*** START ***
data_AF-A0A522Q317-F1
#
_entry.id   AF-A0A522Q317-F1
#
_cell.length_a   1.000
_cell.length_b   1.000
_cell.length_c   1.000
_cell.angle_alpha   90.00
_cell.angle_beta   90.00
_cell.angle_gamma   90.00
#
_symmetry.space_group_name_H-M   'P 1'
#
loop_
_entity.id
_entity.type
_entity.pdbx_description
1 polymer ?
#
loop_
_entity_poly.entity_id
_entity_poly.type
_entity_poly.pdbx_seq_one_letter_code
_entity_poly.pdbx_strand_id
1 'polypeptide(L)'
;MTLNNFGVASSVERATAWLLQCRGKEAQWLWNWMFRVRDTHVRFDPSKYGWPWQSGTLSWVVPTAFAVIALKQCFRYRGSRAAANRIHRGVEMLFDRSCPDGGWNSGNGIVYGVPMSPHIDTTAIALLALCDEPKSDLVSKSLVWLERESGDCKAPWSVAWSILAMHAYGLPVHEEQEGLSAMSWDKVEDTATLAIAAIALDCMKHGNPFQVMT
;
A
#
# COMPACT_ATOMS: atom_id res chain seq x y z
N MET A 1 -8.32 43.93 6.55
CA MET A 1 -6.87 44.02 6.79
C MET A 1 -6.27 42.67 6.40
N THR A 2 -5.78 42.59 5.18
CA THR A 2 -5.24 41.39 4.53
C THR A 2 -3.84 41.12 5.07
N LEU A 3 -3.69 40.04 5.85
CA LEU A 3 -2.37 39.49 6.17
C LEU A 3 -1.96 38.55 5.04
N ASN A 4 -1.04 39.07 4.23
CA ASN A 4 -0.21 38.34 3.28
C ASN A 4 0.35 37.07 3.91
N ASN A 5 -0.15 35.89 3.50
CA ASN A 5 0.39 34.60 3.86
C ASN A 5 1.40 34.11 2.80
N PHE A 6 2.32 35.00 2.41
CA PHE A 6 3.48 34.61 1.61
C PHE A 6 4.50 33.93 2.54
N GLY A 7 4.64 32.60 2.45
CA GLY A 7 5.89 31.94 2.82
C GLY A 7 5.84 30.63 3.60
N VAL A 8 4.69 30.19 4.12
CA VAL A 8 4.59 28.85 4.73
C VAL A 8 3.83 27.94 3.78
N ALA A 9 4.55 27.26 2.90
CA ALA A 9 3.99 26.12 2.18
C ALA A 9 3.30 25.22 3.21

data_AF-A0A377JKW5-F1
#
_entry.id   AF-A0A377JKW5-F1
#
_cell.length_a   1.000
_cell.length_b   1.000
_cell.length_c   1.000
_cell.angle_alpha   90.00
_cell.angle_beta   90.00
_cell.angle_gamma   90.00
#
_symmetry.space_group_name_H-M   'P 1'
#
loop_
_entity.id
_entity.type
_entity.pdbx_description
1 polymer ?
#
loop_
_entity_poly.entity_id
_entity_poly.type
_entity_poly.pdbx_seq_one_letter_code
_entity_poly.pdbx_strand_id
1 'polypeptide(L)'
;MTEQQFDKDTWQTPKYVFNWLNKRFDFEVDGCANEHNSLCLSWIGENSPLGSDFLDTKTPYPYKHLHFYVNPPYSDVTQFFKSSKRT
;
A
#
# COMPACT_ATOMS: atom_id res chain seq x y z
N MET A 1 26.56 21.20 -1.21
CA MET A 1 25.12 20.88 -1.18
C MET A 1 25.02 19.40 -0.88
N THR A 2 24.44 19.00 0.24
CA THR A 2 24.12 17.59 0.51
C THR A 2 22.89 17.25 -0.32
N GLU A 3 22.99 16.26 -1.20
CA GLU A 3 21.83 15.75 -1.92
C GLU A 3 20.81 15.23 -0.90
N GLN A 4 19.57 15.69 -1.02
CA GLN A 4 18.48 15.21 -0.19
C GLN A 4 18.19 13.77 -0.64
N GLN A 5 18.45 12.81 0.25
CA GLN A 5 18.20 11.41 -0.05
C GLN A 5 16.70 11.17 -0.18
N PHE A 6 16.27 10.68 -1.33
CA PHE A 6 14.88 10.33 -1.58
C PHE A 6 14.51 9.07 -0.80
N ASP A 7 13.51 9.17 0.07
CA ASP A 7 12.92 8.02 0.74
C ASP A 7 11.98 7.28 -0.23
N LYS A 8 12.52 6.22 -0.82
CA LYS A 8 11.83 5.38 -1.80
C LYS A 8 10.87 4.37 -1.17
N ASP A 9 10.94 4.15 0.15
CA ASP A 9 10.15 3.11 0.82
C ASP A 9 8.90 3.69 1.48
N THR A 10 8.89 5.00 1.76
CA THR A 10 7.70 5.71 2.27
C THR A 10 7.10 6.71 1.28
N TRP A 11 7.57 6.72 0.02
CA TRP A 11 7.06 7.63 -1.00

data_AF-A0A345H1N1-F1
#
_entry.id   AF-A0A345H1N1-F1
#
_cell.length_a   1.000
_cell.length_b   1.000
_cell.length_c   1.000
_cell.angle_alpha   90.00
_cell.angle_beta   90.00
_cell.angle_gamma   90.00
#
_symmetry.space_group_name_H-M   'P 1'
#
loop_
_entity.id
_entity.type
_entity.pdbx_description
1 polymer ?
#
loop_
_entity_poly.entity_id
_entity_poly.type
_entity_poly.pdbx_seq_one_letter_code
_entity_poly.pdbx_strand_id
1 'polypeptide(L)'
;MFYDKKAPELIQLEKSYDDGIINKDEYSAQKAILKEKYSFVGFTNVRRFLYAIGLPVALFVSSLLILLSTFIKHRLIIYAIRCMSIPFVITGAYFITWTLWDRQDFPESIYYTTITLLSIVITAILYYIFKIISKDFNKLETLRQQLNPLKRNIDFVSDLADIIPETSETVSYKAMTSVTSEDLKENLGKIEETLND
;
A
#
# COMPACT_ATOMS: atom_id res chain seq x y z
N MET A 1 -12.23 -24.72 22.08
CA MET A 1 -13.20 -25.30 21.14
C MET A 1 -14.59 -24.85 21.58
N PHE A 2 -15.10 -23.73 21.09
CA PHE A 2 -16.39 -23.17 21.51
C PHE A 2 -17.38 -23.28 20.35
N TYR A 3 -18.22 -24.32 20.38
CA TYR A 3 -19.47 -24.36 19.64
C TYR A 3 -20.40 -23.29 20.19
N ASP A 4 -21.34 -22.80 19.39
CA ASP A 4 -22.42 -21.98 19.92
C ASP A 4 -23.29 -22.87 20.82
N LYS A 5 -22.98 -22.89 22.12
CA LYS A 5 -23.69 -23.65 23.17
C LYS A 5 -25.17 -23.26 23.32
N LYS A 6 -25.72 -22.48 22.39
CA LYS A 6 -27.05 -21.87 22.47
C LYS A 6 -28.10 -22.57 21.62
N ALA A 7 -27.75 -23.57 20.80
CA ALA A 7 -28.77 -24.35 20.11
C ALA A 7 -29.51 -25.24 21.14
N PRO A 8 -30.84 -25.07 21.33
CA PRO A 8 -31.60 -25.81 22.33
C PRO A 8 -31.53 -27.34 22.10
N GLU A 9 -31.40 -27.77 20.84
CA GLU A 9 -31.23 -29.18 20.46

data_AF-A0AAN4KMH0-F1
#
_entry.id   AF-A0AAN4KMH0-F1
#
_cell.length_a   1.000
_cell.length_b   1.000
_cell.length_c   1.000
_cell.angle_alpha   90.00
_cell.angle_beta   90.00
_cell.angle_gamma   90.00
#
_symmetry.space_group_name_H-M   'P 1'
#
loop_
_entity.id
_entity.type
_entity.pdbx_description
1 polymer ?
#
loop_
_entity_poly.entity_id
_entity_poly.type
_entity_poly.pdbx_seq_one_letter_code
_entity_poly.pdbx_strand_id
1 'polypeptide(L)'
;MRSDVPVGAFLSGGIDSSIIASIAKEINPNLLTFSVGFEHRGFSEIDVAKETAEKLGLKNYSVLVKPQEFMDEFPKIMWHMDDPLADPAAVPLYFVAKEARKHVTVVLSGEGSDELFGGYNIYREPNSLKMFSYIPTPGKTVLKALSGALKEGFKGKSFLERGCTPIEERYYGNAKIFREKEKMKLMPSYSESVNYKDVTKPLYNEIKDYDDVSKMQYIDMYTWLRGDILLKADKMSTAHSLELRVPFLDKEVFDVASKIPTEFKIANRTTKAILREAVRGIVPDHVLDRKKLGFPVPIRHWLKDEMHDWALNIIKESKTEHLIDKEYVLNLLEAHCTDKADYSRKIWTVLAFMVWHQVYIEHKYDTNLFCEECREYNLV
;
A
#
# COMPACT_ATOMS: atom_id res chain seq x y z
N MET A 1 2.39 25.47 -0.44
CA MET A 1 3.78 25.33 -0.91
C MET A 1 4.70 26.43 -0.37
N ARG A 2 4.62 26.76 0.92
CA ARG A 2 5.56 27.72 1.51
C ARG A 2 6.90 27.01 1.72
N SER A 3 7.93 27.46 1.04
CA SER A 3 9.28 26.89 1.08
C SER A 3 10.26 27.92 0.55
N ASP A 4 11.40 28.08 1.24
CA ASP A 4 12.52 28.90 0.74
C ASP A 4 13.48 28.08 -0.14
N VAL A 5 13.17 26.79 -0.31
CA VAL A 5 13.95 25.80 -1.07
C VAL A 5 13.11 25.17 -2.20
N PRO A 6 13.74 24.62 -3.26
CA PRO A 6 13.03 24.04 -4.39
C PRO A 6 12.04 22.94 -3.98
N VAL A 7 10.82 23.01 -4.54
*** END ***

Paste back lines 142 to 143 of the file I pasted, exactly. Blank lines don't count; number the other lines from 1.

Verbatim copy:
_entity_poly.pdbx_seq_one_letter_code
_entity_poly.pdbx_strand_id